The idea that there are only 100 harvests left is just a fantasy

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    The idea that there are only 100 harvests left is just a fantasy
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    By James Wong

    WHEN it comes to science reporting, there are some headlines that are so frequently repeated, so intuitively plausible, so closely aligned to our cultural beliefs, that they can seem like incontrovertible truths.

    The general public, and indeed many scientists, may fervently believe that these claims reflect the overwhelming scientific consensus. However, sometimes when you dig a little beyond the surface, the evidence underpinning even the most ubiquitous headlines can seem surprisingly shaky.

    Perhaps the best example of such an assertion is that of an impending agricultural Armageddon, caused by decades of irresponsible farming practices that have degraded soils across the planet (or so the press narrative goes).

    A quick scan of the headlines reveals that despite the confidence with which these forecasts are proclaimed, the actual timescale to D-Day varies rather widely from story to story. While some report that we have 100 years until the end of our soil’s ability to support farming, citing a University of Sheffield study, others claim that this is a mere 60 years away, referencing a speech at the UN’s Food and Agriculture Organization.

    Recently, the UK government’s environment secretary even stated that the UK is as little as 30 years away from an “eradication of soil fertility” because we “drench it in chemicals”. If this is indeed a likely end-game scenario, we should probably determine which of these estimates is most plausible as a matter of urgency: 30, 60 or 100 years. So let’s take a closer look at this claim.

    Despite dozens of headlines quoting these predictions, surprisingly only one peer-reviewed paper from a scientific journal is ever cited as evidence to back them up. This 2014 study from the University of Sheffield compared the soil quality of a range of sites in the English city, including agricultural, garden and allotment soils.

    Now, before we question whether the results of this single, small study can be extrapolated to represent all of England, let alone the whole UK or even the whole world, let us take a look at their findings: basically, some urban soils in Sheffield are higher in carbon and nitrogen than some nearby agricultural ones. OK, but where is the 100-year statistic? It turns out that nowhere in the study was there any calculation, prediction or even passing reference to the claim. None whatsoever. Perhaps not so much shaky evidence to support this assertion as much as non-existent.

    “I asked leading soil scientists if they had ever come across such a prediction in published research. Not a single one had”

    Maybe this is the result of a typo and the work is in another research paper? After an 8-hour trawl through the academic journals failed to pull up a single study that even attempted to make this calculation, I contacted six leading soil scientists across the world to ask if they had ever come across such a prediction in either the published literature or their work. Not a single one had.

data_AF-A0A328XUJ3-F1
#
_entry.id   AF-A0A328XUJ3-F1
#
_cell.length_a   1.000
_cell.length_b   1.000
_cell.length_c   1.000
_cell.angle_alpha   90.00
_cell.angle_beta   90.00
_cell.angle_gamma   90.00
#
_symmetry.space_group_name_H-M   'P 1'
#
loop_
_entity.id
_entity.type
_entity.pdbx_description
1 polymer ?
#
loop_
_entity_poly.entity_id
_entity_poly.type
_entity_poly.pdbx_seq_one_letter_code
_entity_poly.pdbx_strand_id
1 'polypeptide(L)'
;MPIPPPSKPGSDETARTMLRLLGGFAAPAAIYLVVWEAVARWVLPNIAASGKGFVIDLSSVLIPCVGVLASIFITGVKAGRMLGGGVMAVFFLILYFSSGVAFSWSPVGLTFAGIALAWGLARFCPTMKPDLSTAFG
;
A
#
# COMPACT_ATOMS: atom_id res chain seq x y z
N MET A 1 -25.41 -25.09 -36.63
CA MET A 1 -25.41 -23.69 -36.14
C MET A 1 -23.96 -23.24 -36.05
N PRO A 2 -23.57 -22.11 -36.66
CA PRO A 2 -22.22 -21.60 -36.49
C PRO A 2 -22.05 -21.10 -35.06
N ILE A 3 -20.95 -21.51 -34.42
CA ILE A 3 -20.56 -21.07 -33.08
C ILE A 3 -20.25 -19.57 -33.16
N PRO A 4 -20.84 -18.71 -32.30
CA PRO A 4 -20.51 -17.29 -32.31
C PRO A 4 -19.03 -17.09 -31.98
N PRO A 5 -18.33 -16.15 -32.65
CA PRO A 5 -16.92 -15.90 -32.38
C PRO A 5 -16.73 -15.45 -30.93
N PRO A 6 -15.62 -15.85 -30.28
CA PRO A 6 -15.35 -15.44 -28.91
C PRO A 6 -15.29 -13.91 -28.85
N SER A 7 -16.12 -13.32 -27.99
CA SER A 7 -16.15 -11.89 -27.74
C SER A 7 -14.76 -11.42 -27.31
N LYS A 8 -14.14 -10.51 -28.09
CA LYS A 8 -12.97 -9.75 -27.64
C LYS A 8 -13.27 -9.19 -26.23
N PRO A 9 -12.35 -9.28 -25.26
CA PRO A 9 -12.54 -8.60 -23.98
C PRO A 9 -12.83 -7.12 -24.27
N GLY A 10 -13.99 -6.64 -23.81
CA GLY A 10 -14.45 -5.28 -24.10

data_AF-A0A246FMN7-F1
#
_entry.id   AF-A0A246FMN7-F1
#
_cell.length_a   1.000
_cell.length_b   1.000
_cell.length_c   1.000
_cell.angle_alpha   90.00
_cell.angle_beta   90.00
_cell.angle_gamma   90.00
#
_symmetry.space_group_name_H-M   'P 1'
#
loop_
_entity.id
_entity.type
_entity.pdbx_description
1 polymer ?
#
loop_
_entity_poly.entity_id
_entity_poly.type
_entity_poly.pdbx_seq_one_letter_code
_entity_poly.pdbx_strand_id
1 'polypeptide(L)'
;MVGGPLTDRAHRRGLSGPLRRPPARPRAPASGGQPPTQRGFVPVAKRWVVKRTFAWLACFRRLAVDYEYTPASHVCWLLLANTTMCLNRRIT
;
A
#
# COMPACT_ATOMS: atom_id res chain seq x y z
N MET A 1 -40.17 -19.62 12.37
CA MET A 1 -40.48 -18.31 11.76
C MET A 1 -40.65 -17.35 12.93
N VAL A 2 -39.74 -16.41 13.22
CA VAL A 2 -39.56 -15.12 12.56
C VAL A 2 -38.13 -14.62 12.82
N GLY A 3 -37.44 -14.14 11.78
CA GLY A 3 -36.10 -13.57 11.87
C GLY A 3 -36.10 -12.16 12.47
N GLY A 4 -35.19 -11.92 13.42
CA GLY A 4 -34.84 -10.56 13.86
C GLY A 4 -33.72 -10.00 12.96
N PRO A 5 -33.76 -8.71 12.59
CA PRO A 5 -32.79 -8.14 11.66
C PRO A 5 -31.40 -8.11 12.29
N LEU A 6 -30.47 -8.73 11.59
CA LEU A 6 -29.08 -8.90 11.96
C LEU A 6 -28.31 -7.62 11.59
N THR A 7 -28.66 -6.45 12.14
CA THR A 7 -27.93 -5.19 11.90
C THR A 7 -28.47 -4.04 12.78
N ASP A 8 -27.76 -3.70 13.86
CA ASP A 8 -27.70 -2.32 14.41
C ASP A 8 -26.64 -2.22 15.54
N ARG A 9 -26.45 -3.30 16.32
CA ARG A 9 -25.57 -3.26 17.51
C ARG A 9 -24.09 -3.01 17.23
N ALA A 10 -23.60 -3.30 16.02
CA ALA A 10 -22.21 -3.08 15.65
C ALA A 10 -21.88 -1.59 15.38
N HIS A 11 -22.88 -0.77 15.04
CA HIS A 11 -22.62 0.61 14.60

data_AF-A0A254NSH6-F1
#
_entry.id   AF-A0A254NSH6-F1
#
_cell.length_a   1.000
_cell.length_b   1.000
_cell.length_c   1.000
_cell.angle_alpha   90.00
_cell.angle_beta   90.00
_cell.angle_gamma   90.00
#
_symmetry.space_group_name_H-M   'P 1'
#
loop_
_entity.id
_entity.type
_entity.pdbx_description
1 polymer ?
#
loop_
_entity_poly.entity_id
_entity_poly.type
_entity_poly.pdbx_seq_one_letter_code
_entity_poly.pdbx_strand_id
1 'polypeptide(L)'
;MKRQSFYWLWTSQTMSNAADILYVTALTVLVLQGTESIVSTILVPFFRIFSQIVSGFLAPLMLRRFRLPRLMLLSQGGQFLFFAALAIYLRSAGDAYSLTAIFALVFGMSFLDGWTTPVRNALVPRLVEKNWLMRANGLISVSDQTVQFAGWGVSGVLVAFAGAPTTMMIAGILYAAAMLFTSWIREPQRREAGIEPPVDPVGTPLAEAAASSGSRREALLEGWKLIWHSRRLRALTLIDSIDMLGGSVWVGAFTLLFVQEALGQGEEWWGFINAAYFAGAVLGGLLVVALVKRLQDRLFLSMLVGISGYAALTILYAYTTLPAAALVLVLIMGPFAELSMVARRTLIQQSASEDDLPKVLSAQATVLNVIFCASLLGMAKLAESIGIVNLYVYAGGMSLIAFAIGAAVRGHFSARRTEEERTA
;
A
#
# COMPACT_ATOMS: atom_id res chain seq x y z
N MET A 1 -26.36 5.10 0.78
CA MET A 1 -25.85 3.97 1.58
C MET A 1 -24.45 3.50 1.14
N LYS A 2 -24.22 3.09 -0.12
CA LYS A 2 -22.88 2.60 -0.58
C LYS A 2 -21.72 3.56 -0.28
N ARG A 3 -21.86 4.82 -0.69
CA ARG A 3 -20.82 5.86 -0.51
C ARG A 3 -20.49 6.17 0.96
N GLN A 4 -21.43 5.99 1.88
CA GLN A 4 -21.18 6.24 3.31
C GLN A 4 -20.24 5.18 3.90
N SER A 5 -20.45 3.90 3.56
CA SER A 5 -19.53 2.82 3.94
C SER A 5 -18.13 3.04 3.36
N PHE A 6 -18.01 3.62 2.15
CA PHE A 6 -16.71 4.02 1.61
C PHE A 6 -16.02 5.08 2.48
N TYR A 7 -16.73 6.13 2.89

In fact, the words they used to describe this claim were “bold”, “too Malthusian”, “hardly useful”, “almost insulting” and “I have used this in my soil science lectures to show the students to be wary of headlines!”. Ouch.

    Does that mean there aren’t real threats to some agricultural soils around the world? Absolutely not. Indeed, all the scientists I spoke to went to great lengths to point these out, where they exist.

    However, they also highlighted how incredibly complex the calculations needed to make such predictions would be, based on myriad factors, only some of which can be predicted with any reliability, with generalisations almost impossible. The boring reality is that while soils in some parts of the world might be in decline, others are not.

    Furthermore, while agriculture may be one of the factors driving erosion and nutrient depletion, many modern farming practices such as no-till and synthetic fertiliser applications may actually be helping alleviate (rather than drive) this. In fact, according to many objective measures, modern, evidence-based farming techniques are more sustainable than those of an idealised past. Quite a different picture to that painted by the headlines.

    Despite the thirst for simple truths in a complicated world, the researchers I contacted agreed that setting such a figure for an agricultural “end-point” would be nigh on impossible, which may explain why no published studies appear to have been able to do so. But this hasn’t stopped the newspapers. Welcome to 2019!

    James Wong is a botanist and science writer, with a particular interest in food crops, conservation and the environment. Trained at the Royal Botanic Gardens, Kew, he shares his tiny London flat with more than 500 houseplants. You can follow him on Twitter and Instagram @botanygeek

    James’s week

    What are you reading?

    A lot of very dry, academic journals, mainly.

    What are you watching?

    Kim’s Convenience on Netflix (while reading the dry, academic journals).

    What are you working on?

    Prepping a series of talks, promoting a book, working on a radio show and writing a shiny new column for an amazing science magazine.

    • This column will appear monthly. Up next week: theoretical physicist Chanda Prescod-Weinstein

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